The Misrepresentation on the Value of Data

By Eric Endebrock - 2015-11-16

My recent travels have taken me to some customer meetings where I have had the chance to talk to some very forward-thinking CIOs and technologists. In our conversations it has become clear to me that the new models of computing are changing the intrinsic value of our data. What I mean is, the value of data today is at best mislabeled, and at worst misrepresented.  Why is that important you might ask?  It’s because data is increasingly being created and analyzed in an automated way where intervention is either not necessary or not even possible.  There is simply too much information, and it is coming too fast. Let me explain.

Here is the tried and true, traditional graph of data’s value. Something any storage professional will recognize:

It’s pretty simple on the surface. Let’s call this an email. I wrote it and it was read, forwarded, copied, printed (gasp), and generally used a lot in the first day of its life. Valuable, yes. But days or weeks later it’s old, moved to a folder, and stored forever, likely not to be looked at again. Unless, that is, something happens like a conflict or legal issue, then it might be dredged up, and then its value curve will look something like this:

All of a sudden this piece of data has value again, at least for a short time. Make sense? So now let’s say this is not an email, but 100 million records of transactions by your customers. What is that value? If each record is an order, then it is pretty valuable (that is money, congratulations), but does the curve look the same? Sort of. This is the point where companies are seeking to do more with their data. What we see is a new line forming—the new data value reality—and it looks something like this:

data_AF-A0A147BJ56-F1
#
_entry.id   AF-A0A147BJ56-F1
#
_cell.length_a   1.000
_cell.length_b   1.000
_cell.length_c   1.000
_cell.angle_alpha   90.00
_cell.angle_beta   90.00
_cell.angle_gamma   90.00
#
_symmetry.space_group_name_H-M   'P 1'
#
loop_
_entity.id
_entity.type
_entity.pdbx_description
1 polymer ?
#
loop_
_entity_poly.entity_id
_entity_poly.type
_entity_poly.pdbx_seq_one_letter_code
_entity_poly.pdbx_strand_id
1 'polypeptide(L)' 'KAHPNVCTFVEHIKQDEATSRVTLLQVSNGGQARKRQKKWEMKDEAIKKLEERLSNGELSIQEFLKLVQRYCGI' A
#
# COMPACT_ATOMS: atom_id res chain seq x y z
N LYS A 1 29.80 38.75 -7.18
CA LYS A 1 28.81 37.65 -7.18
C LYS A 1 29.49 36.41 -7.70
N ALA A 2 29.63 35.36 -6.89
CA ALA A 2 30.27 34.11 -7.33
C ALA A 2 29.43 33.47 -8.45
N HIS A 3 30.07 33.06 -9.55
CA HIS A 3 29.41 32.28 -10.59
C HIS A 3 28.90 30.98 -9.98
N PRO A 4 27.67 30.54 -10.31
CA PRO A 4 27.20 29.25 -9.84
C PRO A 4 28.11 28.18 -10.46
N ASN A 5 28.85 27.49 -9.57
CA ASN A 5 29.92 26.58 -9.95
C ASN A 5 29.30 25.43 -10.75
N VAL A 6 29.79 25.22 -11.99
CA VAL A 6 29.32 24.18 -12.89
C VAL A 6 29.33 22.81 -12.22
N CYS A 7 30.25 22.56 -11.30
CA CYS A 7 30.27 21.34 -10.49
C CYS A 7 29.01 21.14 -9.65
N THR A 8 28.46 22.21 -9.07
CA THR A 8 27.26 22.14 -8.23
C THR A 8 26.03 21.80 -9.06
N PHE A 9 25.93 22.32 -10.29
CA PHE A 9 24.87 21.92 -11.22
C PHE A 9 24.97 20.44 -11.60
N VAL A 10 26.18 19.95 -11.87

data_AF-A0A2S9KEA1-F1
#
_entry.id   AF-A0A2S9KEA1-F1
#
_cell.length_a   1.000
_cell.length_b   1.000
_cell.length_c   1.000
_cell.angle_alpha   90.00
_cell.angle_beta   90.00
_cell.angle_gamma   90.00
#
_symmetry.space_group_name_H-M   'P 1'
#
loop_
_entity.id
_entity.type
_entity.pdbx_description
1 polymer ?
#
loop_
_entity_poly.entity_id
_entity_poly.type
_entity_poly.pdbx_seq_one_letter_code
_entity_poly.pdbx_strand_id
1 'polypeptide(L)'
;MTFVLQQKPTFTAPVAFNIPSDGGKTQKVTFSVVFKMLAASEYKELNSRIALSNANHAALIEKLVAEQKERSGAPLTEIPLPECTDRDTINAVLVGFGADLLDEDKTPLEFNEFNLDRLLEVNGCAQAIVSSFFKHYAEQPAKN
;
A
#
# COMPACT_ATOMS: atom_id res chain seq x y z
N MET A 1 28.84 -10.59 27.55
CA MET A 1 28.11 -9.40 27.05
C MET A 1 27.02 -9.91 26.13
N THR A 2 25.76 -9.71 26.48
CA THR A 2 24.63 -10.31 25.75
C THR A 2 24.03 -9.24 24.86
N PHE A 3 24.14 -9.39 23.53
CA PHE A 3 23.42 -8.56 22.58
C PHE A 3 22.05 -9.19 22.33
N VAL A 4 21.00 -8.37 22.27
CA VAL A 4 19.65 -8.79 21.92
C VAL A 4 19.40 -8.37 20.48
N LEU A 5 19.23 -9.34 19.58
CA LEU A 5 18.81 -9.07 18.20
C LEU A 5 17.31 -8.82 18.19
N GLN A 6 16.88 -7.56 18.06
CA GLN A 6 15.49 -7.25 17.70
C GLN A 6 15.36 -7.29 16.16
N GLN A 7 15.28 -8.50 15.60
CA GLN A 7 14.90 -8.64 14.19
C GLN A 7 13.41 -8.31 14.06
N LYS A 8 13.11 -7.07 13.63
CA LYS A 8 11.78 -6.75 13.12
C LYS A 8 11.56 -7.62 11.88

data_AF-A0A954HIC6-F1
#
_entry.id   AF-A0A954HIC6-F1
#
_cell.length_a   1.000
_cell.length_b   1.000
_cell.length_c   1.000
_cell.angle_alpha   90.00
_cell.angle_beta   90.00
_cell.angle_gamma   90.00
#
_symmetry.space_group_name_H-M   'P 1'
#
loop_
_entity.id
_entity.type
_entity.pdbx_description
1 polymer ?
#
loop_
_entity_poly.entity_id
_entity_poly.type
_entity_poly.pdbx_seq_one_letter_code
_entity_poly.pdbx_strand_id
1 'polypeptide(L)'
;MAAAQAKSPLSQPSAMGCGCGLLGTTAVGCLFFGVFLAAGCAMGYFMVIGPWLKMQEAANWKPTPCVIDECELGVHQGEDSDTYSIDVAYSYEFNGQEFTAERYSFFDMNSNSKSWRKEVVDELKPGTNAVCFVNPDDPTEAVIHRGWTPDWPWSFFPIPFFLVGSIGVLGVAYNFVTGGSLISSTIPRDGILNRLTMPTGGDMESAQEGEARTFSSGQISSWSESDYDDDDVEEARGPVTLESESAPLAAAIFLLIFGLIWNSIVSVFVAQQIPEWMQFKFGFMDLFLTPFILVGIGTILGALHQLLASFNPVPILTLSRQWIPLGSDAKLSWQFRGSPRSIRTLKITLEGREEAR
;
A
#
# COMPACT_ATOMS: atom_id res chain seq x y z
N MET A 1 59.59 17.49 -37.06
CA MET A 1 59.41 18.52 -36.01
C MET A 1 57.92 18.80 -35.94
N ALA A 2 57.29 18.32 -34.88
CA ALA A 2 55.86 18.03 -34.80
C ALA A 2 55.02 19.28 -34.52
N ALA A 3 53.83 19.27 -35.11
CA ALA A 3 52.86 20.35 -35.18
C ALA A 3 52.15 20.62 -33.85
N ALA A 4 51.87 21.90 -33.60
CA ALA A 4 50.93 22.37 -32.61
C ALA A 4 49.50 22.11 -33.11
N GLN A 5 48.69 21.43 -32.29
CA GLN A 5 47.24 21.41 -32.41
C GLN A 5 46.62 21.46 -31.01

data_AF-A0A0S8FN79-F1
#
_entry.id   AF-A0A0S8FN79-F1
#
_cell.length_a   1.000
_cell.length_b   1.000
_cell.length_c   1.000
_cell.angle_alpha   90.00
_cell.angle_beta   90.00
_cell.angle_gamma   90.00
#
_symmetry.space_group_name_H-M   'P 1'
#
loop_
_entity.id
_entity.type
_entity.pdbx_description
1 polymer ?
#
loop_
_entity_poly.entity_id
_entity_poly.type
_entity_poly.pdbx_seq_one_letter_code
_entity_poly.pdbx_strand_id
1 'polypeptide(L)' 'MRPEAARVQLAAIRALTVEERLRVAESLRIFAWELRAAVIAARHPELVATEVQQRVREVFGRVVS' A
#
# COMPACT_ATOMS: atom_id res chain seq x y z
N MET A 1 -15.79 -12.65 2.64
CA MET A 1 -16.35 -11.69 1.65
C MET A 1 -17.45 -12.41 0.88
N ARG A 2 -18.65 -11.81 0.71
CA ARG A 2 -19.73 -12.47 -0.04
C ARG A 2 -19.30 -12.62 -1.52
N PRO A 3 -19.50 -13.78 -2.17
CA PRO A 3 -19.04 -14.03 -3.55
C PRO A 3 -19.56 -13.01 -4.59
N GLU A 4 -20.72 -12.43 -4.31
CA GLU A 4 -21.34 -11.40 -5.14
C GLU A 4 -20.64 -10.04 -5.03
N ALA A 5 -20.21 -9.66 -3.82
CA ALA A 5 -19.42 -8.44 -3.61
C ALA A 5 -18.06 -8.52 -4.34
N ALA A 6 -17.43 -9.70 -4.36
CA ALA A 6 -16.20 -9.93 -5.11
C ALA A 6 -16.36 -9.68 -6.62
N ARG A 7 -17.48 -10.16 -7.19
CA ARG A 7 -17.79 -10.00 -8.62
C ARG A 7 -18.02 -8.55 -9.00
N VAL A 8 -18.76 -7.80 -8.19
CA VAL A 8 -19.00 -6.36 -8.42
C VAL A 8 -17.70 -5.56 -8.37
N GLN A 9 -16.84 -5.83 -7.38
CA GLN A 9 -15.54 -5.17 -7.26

Individual data elements still retain value close to the point of creation, but a new value line has formed with the advent of applications that can “crunch” this data into meaningful business answers (read value). It is in this value that the most forward-thinking companies are seeking to differentiate themselves through greater insights and delivery speed.

Now I’ll explain what this has to do with Micron. It’s all about scale.

Today these value curves can and do exist, and they can be handled. However, in the (near?) future, the raw scale of transactions will overcome the architectures of today (you can read more about this in my last blog post), and the velocity will be such that all of these transactions will only be possible with super-fast non-volatile memories fed by large pools of flash that can both keep up with and contain the amount of data we are talking about. Micron is developing an infrastructure that will be able to cope with this data-intensive world, and we are partnering with software companies to make all of this possible. The good news is that you can start preparing now with today’s technologies and set yourself up to be ready to use your data (in aggregate) to better differentiate and grow your business in the new economy.

We’d like to know what you’re seeing in your data. Leave us a comment below, connect with us on Twitter at @MicronStorage, or look us up on LinkedIn.

Eric Endebrock

Eric Endebrock

As Vice President of Storage Solutions Marketing for Micron Technology, Eric is responsible for positioning Micron as a world-class enterprise brand for the storage ecosystem.

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